By Christopher Matthews
If you like the Negroni, try its “parent” cocktail, the summer-friendly Americano….
That iconic Italian aperitivo cocktail, the Negroni, continues its comeback roll. Not only is 2011 the “Year of the Negroni” (see my earlier post), but at the “Tales of the Cocktail” extravaganza this week in New Orleans, the cocktail cognoscenti will again pay homage to the classic drink, including an attempt to build the world’s largest Negroni cocktail ever.
A superb cocktail, it’s deserving of the recent (overdue) notoriety. But as an all-spirits drink — Campari, sweet red Vermouth and Gin –the Negroni can prove too potent on a scorching hot day.
Which is why on a recent steamy hot July evening, I made an Americano instead.
Substitute soda for the Negroni’s Gin and you have the Americano, a drink that was invented in the 1860’s and famous in its own right in the early 20th Century (before Count Negroni added the Gin) . In fact, as Dale DeGroff , a.k.a. King Cocktail, explains in his excellent home drinks reference, “The Essential Cocktail”, the Americano was named in honor of the parched American tourists who flooded Europe during the Prohibition years and guzzled vast quantities of the refreshing highball. Until being renamed, it had been known as the “Milano-Torino”, based on the origins of the two spirits, Campari (Milan) and sweet red Vermouth (Turin). Americano is catchier, and it stuck.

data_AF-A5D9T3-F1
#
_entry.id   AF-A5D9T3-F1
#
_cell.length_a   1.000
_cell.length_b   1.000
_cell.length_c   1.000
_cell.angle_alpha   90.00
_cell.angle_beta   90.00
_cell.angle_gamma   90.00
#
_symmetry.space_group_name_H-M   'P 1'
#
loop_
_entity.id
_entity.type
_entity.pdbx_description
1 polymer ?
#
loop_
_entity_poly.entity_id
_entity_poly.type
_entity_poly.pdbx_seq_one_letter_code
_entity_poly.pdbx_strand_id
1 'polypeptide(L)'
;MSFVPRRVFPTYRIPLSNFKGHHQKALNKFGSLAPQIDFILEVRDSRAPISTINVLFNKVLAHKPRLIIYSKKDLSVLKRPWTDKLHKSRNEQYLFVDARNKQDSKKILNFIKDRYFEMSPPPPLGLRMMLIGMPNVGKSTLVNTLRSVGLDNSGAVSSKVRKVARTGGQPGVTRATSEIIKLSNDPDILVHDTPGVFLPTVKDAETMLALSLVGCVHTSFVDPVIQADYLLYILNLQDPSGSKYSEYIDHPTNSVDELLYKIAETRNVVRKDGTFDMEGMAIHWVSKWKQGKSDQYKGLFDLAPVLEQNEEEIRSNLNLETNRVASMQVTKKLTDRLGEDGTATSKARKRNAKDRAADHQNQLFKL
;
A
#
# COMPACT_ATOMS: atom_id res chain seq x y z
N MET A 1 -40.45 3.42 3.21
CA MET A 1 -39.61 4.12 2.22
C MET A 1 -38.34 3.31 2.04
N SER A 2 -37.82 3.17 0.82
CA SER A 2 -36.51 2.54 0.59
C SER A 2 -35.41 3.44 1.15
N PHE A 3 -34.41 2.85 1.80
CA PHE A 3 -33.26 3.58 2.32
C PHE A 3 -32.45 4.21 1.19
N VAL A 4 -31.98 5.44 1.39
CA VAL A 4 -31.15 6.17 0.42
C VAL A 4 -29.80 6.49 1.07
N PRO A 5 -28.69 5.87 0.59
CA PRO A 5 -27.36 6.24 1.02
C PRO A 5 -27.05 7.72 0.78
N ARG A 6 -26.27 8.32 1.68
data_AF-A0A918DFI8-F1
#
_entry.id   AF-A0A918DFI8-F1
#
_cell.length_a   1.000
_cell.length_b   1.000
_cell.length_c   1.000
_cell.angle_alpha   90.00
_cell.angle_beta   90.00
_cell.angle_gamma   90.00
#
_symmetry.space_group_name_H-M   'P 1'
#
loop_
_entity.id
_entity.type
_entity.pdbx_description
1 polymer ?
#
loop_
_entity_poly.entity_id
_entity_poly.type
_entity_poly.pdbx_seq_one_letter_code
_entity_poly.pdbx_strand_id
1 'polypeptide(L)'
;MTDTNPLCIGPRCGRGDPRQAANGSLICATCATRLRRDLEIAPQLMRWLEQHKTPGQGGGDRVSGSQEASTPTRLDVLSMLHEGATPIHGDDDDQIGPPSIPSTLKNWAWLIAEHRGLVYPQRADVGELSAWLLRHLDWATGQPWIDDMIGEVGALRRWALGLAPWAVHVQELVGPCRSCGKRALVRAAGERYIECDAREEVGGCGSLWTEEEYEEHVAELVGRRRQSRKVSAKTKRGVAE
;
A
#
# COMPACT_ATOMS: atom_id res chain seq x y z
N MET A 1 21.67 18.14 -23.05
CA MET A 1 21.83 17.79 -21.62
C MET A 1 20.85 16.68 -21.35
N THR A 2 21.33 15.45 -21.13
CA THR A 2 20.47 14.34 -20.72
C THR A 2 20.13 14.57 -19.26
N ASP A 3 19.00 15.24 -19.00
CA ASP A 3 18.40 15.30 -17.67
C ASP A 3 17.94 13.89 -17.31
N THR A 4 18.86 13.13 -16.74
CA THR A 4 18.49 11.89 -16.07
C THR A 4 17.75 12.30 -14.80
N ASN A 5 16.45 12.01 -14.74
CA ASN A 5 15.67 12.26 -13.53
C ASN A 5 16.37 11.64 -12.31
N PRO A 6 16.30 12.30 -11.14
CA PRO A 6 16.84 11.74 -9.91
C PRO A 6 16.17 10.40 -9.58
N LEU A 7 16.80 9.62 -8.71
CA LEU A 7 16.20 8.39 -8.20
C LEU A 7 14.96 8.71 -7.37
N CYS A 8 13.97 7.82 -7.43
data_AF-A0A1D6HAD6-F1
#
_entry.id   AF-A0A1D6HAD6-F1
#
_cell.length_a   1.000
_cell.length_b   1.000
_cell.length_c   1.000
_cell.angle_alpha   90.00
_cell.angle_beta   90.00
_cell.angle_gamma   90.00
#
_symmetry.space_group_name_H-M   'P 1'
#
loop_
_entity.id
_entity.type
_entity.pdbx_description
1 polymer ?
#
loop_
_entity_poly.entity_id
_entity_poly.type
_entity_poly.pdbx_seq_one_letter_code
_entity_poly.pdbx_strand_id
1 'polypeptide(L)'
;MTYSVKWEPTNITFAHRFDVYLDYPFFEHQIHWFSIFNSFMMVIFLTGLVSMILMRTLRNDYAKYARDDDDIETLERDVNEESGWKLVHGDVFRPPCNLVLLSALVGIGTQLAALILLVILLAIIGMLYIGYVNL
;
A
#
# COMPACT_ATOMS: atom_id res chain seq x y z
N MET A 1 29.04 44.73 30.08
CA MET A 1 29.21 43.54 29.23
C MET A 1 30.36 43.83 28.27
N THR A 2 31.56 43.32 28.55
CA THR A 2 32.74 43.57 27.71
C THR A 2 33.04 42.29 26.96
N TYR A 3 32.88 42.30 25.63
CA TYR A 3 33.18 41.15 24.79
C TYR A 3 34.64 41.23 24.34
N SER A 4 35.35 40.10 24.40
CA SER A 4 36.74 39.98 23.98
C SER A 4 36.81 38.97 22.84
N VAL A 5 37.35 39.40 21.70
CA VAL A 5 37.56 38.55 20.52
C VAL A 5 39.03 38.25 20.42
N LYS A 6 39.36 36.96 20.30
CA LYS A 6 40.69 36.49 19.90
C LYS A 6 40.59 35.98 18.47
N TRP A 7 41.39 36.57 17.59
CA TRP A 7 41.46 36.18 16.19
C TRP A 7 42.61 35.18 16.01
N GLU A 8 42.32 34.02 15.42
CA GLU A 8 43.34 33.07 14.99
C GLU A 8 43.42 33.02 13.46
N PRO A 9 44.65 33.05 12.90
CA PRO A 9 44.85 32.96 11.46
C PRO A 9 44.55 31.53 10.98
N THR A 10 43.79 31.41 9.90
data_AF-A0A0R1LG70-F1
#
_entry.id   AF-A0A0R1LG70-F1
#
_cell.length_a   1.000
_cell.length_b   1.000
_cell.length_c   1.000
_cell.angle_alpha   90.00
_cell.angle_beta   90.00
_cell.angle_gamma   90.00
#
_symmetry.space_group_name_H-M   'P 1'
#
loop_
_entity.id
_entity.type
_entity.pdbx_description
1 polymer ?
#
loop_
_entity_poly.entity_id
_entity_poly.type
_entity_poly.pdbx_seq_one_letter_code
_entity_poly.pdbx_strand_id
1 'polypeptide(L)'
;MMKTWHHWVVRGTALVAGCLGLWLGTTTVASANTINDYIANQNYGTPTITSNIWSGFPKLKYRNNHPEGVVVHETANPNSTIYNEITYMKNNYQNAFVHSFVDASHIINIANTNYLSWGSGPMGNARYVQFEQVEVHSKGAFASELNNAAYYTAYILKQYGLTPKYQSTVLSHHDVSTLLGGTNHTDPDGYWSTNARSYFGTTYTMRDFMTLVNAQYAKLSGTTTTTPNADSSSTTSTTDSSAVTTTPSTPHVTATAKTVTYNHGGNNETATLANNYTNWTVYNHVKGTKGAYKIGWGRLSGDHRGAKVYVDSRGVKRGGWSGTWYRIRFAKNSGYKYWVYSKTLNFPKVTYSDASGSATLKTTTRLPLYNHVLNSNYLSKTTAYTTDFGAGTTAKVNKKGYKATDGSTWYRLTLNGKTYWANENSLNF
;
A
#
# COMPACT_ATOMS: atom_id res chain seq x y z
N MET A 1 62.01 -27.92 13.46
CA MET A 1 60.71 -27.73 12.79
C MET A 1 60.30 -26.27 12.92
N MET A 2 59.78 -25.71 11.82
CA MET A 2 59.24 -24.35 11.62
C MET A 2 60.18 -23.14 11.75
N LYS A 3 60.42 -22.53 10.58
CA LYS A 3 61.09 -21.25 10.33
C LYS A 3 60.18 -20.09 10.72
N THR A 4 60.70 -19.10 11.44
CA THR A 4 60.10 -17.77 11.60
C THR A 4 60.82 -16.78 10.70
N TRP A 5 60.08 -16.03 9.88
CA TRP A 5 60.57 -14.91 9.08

In the summer, I often drink Campari soda (one-third Campari, two-thirds soda over ice in a highball glass), a great appetite-stimulating aperitif. But for some, Campari is too bitter, or too medicinal, to drink only with soda. The fix? An Americano, which calls for the addition of red Vermouth, mellowing Campari’s bite with some welcome sweetness, without dulling Campari’s bracing botanicals. Lighter than the Negroni, less bitter than Campari soda, the Americano is refreshingly cool and savory, with a hint of sweetness.
I borrow from DeGroff the ideal Americano recipe:
Fill a highball or Old-Fashioned glass with ice, add 1.5 ounces of Campari, 1.5 ounces of red Vermouth (I use the widely available Martini & Rossi version) and top with club soda or Pellegrino — but not more than 2-3 ounces of sparkling water — because you don’t want “to take the guts out of the drink”, says DeGroff. For the purist, garnish with an orange slice.
Stir, enjoy, repeat.